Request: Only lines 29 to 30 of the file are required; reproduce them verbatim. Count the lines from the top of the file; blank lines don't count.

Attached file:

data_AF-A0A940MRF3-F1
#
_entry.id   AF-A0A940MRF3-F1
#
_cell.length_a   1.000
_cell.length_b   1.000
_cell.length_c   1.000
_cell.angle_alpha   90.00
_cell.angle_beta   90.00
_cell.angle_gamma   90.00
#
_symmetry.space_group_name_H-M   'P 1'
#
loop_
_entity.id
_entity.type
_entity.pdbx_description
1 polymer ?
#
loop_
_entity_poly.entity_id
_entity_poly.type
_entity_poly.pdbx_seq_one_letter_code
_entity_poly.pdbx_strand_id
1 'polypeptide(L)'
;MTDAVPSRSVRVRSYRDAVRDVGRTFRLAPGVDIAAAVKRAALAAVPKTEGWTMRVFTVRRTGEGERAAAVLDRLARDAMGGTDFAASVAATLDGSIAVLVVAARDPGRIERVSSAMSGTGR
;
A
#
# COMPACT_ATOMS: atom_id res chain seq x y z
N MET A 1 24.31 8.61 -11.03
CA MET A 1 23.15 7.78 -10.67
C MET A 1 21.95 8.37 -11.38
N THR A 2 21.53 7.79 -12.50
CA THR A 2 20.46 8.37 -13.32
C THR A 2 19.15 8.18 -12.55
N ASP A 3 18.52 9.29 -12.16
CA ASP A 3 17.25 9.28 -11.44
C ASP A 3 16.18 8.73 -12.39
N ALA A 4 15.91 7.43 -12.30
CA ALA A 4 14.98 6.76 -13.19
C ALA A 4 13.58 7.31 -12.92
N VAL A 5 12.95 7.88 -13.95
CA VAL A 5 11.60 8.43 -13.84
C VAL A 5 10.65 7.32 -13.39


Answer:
#
# COMPACT_ATOMS: atom_id res chain seq x y z